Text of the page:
O most holy Heart of Jesus, fountain of every blessing, I adore You, I love You, and with a lively sorrow for my sins, I offer You this poor heart of mine. Make me humble, patient, pure, and wholly obedient to Your will. Grant, good Jesus, that I may live in You and for You. Protect me in the midst of danger, comfort me in my afflictions, give me health of body, assistance in my temporal needs, Your blessing on all that I do, and the grace of a holy death. Amen.
For the first time in a while, I felt called back to my “normal” life. My life is not “normal” without me writing my blog. So… here I am, writing on the feast of the Sacred Heart!
When I think of the Sacred Heart, I think of a blazing fire. It is such a perfect symbol of God’s love. Each of the three Persons of the Trinity is associated with fire. In the Old Testament, there is the burning bush aflame with a fire that burns but does not consume. Also, God appears in the OT enveloped in smoke. The Holy Spirit appears as tongues of flame at His descent upon the disciples. And Christ’s heart is aflame with that same fire. Only the most ardent of fiery loves could see Him through His Passion.
For many years, I regarded the liturgical year in terms of Christmas and Easter. By which I mean December 25th and Easter Sunday. Now, I appreciate and admire the very rich progression of the liturgical year–the way that liturgical days and seasons are extended across the calendar and the way that the Church emphasizes and re-emphasizes the important facts of our faith.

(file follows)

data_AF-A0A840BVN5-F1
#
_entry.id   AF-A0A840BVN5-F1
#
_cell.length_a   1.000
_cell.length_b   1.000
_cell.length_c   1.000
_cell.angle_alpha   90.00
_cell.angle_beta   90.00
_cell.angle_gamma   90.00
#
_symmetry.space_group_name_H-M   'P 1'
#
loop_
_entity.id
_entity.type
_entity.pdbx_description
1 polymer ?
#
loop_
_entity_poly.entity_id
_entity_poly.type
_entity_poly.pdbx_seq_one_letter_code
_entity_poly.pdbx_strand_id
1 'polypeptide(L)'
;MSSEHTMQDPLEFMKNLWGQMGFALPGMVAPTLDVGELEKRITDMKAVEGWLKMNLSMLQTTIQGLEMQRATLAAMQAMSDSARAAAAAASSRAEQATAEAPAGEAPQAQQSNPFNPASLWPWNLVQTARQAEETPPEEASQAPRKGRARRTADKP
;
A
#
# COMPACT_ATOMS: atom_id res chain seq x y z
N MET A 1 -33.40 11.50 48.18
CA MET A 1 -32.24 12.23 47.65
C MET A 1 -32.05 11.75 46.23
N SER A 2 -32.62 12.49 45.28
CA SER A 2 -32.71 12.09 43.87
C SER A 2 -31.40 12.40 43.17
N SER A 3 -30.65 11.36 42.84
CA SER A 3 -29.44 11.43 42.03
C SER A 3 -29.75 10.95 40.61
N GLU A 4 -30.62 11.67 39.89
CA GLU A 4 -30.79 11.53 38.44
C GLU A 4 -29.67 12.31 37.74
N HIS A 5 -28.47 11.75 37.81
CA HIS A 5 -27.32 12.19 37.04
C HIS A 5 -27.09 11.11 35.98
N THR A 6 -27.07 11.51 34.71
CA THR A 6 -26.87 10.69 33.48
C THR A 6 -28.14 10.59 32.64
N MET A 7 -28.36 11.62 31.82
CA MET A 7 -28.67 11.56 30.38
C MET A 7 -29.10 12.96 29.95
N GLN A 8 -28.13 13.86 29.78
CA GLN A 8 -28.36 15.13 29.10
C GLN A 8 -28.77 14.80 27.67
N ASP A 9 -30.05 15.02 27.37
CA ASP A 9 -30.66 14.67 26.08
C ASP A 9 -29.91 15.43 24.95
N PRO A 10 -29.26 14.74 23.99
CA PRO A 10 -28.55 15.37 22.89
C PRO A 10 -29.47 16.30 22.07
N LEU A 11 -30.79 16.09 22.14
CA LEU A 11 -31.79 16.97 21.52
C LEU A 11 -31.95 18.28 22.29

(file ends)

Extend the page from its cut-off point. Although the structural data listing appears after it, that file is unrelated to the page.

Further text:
This week, now that Easter has ended, followed by the Ascension and Pentecost, the Church takes us back to Holy Week, to the days leading up to Easter. This past Sunday, we celebrated the feast of the Body and Blood of Christ. It re-emphasized what happened on Holy Thursday–the institution of the Eucharist. Today, this Friday re-emphasizes that Christ loved us so much He suffered and died for us on Good Friday. It is as if the Church is saying, “Now that the great season of rejoicing is over, take some time to remember what led up to it.”
God loves us. His love burns like a fire. His love has wrought the wondrous things of Creation and adopted us as His own children. His love has shed a wonderful new light and many gifts upon us. His love has overcome death. You wouldn’t think it would be easy for us to lose sight of this… but we do. So let us thank God for His Church and her constant reminders!
And let us also thank God for our priests on this final day of the Year for Priests!